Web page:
A project log for MoonLITE

Interactive lighting elements for the mobility impaired. Designing a power supply for architectural scale interactive EL installations

foolfool 09/02/2017 at 18:580 Comments

Here we're going  to document our first experiment with connecting an external supply.  

It worked, but it is a BAD idea (for a few reasons that we will detail here). Please learn from our foolish explorations - don't electrocute anyone!

Ok, so what are we looking at here.  We are looking at a regular american power plug, that fits into a supply that provides ~120V (RMS) at 60Hz.  We attached a resistor (and didn't include a TVS diode because there is one on the board and because the voltage in the wall shouldn't exceed 170V as long as there isn't a spike).  We flip the supply switches on the board, and connect this as an external supply. 

Okaaaay, so why is this a BAD idea?

The main issue is that because we are driving the panel directly from the wall, if you touch the panel then there is a potential to create a ground loop through your body, because there is no galvanic isolation between the supply and your feet.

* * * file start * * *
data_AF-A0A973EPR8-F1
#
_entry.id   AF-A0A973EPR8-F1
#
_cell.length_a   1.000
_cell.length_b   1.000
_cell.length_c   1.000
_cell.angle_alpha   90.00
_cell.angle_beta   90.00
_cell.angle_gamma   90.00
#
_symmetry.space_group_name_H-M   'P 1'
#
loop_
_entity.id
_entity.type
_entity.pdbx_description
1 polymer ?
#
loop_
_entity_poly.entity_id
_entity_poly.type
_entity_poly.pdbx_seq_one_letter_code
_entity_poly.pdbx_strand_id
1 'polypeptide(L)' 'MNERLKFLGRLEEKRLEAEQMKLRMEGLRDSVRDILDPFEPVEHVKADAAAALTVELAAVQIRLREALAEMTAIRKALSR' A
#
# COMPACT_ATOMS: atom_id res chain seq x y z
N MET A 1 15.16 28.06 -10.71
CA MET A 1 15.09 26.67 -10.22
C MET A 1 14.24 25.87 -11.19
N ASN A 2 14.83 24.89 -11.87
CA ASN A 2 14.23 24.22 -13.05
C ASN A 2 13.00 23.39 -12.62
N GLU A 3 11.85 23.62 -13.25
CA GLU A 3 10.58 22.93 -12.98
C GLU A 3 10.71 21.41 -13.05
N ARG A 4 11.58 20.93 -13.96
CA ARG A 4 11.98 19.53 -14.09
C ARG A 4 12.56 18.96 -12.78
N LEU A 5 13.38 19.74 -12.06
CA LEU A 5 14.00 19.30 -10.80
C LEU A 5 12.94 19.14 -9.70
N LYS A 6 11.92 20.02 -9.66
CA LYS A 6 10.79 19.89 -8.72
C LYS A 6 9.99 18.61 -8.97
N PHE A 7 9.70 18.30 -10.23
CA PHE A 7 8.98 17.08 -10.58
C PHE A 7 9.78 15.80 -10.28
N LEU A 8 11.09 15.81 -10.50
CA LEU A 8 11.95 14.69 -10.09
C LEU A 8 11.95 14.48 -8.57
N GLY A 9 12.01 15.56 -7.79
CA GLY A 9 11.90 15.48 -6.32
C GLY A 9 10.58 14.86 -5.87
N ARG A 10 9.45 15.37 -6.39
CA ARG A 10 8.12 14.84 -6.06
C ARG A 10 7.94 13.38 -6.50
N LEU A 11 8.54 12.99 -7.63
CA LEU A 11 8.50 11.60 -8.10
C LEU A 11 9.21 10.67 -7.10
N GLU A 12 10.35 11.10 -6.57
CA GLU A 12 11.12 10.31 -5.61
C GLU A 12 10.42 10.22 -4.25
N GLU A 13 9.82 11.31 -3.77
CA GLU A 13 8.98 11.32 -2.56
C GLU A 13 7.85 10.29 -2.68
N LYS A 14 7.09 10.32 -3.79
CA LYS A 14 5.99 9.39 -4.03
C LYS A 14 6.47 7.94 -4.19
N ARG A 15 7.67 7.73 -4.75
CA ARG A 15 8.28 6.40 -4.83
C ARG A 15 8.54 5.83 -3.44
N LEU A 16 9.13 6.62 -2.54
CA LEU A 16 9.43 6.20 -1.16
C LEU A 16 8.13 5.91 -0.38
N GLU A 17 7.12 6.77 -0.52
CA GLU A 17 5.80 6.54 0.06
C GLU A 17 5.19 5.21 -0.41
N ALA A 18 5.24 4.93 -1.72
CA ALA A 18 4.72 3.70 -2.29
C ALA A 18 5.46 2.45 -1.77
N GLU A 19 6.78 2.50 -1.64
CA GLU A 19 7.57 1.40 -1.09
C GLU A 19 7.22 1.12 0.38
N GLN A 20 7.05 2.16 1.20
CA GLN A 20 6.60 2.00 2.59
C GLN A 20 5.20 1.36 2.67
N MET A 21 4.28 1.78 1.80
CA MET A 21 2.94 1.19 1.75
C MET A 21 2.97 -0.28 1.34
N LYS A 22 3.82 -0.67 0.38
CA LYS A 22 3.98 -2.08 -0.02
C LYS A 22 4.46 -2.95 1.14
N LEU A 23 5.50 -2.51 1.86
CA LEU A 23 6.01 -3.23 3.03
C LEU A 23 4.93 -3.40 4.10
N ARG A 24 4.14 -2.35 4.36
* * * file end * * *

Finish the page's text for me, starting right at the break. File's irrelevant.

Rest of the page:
This is particularly worrisome because the board is exposed, and so it's easy to touch an exposed lead, and because the panel in question isn't sealed/laminated, and so can shock you when you touch the edges of it (as has happened to us, particularly when touched with sweaty/moist hands).  

If you want to draw power from the wall, it is much better practice to pass the signal through an isolating transformer.

That said, EL materials really glow much more effectively when driven at a higher frequency than 60Hz, and so it is better to use a more specialized supply, as we will describe in later posts! 


There are, however, some redeeming things about this experiment, as we illustrate in the image below: